maps of Couch's addition to the city of Portland, one made by John H. Couch in 1865, and the other made by Caroline, his widow, Caroline E. Wilson, Clementine E. Lewis, Elizabeth R. Glisan, May H. Couch, George Flanders, and Maria L. Flanders, on the 15th day of November, 1872. Both of these maps show that Burnside street terminates at the west side of Front street, and that the strip of land in controversy is private property. It thus appears, so far as the maps and plats are concerned, that the two introduced by the defendants show Burnside street extends to the river, while the two introduced by the plaintiffs show that it terminates at the west side of Front street. As to the lithographic map of 1859, there is no evidence to show, nor is it claimed, that John H. Couch or his wife signed or acknowledged or had anything to do with making it. The point upon which the defendants mainly rely in respect to such map as showing a dedication is that it was in general use in the city, and the only public map referring to Couch's addition from 1859 to 1865, during which time John H. Couch and his wife made certain deeds in which the lots were described by reference to Couch's addition to the city of Portland. [25 Or. 151] It is argued that the reference in these deeds to Couch's addition, under the circumstances, was intended to refer such addition as platted on said map, and was therefore a recognition of it; and, in legal effect, a dedication of the streets as platted thereon. We are unable to assent to this inference. The admitted facts show that the strip of land in dispute belonged to Caroline Couch as donee of the United States, and that it was conveyed to the plaintiffs Allen & Lewis and Flanders, together with certain lots, some time in 1854, and that they are now the owners and entitled to the possession of it, unless the public has acquired an easement therein as a street. [25 Or. 149] There is some evidence that there was a plat made of an addition to the city of Portland by John H. Couch in April, 1850, but there is nothing to show that the locus in quo was dedicated as a public street therein; and, even if there was, such plat having been made before the donation law was passed, it would not have the effect to constitute a dedication. Any person who should subsequently acquire the title from the government or its grantees had a right to revoke such dedication, and subject the property to his private use. Nor is there any evidence that Couch or his wife, prior to 1859,--the date of the McCormick map,--ever made any map on which the locus in quo was platted as a street. [25 Or. 151] It is probable that after they acquired the title from the United States they may have continued to use such prior map, exhibiting it to intending purchasers, and selling their lots with reference to it; but there is nothing to show that Couch or his wife ever recognized the McCormick map, or that they ever saw it, or knew of its existence. In fact, it does not purport to be a map of Couch's addition to the city of Portland.

In view of these considerations, we do not think that the reference in their deeds to Couch's addition was intended to refer to their property as platted on the McCormick map. It is not this, however, but the map of 1869, upon which the defendants mainly rely as establishing a dedication of the locus in quo as a public street. It is claimed that all of the plaintiffs except Mr. Allen made deeds conveying lots with reference to this map. All that can be said in support of this claim is that these parties made certain deeds, referring therein for description to the map of Couch's addition to the city of Portland. But, inasmuch as Couch had made a map in 1865, upon which the locus in quo was not platted as a [25 Or. 152] part of Burnside street, even if we assume that the map made by him in 1869 platted it as a part of such street, there is nothing to show whether the general reference in those deeds was to the map of 1865 or 1869. Mrs. Couch, during the time that she was the owner of the land in dispute, never made any maps or plats dedicating it as a public street, nor had any of the plaintiffs. The maps and plats made by John H. Couch, after he and his wife had conveyed this land, as already stated, to the plaintiffs Allen & Lewis and Capt. Flanders, would not bind them, unless they accepted and acted upon such maps, and there is no evidence that they accepted and acted upon the map of 1869, other than the mere fact that they made certain deeds in which they described the property by reference to the map of Couch's addition to the city of Portland, which reference was as likely to be to the map of 1865, or to some prior map, of which there was some evidence, as to that of 1869. It is sought, however, to obviate this objection by showing that some of the deeds conveyed lots and blocks that were for the first time platted on the map of 1869, or, in other words, that such deeds conveyed lots and blocks that appear on no other map; and hence it is argued that the reference in them was necessarily to the map of 1869 which, it is claimed, shows that the property in dispute was a part of Burnside street. It is true that such lots and blocks did not appear on any other map, for the reason that the map of 1869 was...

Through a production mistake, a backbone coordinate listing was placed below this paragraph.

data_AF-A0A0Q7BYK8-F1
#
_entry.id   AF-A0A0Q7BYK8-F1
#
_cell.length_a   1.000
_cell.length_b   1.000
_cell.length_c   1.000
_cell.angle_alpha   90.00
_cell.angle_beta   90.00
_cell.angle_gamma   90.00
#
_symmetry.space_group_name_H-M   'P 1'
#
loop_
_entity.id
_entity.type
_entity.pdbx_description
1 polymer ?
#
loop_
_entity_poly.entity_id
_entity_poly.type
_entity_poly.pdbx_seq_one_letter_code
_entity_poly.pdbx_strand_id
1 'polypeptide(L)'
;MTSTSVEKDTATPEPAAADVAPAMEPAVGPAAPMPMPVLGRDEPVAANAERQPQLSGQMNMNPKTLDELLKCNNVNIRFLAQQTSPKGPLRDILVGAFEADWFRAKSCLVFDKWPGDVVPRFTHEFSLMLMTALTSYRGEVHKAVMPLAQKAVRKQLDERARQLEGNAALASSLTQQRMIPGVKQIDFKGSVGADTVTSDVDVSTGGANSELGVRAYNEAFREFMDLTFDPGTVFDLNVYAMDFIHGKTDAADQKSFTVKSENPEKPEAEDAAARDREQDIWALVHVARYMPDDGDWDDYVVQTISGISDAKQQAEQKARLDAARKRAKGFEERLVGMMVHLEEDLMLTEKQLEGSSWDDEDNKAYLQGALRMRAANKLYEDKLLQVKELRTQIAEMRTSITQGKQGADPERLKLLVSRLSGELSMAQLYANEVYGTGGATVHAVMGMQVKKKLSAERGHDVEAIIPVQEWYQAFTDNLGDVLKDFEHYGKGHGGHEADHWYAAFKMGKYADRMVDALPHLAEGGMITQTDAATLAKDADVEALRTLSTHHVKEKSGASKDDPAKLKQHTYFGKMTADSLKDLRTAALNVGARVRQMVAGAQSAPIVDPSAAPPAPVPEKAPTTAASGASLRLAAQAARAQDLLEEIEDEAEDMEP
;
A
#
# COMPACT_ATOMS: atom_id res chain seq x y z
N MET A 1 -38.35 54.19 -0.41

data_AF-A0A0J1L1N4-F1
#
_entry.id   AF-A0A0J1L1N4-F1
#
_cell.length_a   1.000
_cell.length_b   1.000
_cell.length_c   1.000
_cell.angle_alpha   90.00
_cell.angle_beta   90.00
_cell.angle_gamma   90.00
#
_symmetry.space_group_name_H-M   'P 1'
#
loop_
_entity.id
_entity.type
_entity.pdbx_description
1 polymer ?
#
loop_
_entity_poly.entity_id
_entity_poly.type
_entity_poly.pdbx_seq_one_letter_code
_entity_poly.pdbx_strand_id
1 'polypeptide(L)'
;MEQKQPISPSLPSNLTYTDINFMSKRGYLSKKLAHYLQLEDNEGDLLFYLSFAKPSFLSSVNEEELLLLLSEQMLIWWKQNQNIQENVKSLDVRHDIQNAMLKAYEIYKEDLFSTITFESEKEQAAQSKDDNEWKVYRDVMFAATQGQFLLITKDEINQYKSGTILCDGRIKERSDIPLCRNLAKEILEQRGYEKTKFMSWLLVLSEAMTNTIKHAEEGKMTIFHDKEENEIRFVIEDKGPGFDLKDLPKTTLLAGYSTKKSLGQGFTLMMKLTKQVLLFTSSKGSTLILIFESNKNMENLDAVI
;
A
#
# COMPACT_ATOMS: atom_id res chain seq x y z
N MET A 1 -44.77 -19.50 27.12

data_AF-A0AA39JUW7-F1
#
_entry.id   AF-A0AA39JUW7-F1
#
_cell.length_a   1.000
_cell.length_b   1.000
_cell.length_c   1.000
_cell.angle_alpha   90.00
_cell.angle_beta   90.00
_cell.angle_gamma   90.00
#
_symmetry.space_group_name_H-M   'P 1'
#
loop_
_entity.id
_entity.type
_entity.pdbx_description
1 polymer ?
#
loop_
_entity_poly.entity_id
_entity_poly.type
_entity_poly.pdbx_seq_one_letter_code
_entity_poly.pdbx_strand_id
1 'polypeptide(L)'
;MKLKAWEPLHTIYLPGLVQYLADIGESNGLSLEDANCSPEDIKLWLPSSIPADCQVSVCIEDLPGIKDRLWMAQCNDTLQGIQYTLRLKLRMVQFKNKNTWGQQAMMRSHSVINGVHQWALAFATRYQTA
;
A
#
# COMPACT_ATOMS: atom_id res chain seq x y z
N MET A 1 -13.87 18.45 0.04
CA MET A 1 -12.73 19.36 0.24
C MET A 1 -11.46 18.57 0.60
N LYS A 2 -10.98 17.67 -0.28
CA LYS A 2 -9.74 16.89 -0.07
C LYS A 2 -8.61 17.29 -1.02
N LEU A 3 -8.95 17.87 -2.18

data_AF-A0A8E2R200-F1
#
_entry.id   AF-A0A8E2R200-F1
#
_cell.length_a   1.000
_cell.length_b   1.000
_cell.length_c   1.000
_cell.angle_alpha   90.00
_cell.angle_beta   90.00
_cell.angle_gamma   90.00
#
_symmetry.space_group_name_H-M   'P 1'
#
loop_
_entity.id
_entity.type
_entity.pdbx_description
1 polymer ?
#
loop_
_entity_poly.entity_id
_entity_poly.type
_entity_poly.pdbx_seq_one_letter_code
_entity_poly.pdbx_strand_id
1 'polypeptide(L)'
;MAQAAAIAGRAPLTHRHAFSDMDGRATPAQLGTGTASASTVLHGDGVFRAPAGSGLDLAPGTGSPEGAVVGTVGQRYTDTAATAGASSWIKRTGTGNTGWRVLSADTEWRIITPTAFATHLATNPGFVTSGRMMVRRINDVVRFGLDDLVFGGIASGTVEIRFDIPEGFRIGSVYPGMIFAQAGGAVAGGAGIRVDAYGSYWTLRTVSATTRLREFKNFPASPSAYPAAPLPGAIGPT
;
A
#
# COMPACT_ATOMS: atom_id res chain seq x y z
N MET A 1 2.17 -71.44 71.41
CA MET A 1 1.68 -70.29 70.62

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9 practice notes
  • Laws governing recreational access to waters of the Columbia Basin: a survey and analysis.
    • United States
    • Environmental Law Vol. 33 Nbr. 2, March 2003
    • March 22, 2003
    ...in Oregon, 19 ENVTL. L. 623, 623 (1989). (148) 30 P. 154 (Or. 1892), aff'd, Shively v. Bowlby, 152 U.S. 1 (1894). (149) Id. at 160. (150) 35 P. 256 (Or. 1893). (151) Id. at 263; cf. Cook v. Dabney, 139 P. 721, 722 (Or. 1914) (holding that title of the state to lands under navigable waters i......
  • OAG 72-66.
    • United States
    • Attorney General Opinions Oregon
    • October 30, 1972
    ...of riparian owners building wharves along the navigable rivers of the state. This custom was known and understood by the legislature. (25 Or. at 162)176 2. The legislature, however, only purported to abrogate the custom in the case of tidelands by providing for their sale in the Tidelands S......
  • OAG 71-69.
    • United States
    • Attorney General Opinions Oregon
    • September 17, 1971
    ...427, 152 U.S. at 26, 40, 57-58. As to the right of the state to dispose of its tidelands the court in Lewis v. City of Portland, supra, 25 Or. at 159, 35 P. 256 «. . . In this country the state has succeeded to the ownership and sovereignty over such lands [tidelands], charged with a like p......
  • OAG 62-80.
    • United States
    • Attorney General Opinions Oregon
    • June 20, 1962
    ...in the State.» The proposition involving the sale of tidelands in Oregon by the state was approved in Lewis v. City of Portland, (1893) 25 Or. 133, 35 P. Since the facts indicate that the state has disposed of these tidelands abutting the property in question, we are only concerned with tha......
  • Request a trial to view additional results
1 books & journal articles
  • Laws governing recreational access to waters of the Columbia Basin: a survey and analysis.
    • United States
    • Environmental Law Vol. 33 Nbr. 2, March 2003
    • March 22, 2003
    ...in Oregon, 19 ENVTL. L. 623, 623 (1989). (148) 30 P. 154 (Or. 1892), aff'd, Shively v. Bowlby, 152 U.S. 1 (1894). (149) Id. at 160. (150) 35 P. 256 (Or. 1893). (151) Id. at 263; cf. Cook v. Dabney, 139 P. 721, 722 (Or. 1914) (holding that title of the state to lands under navigable waters i......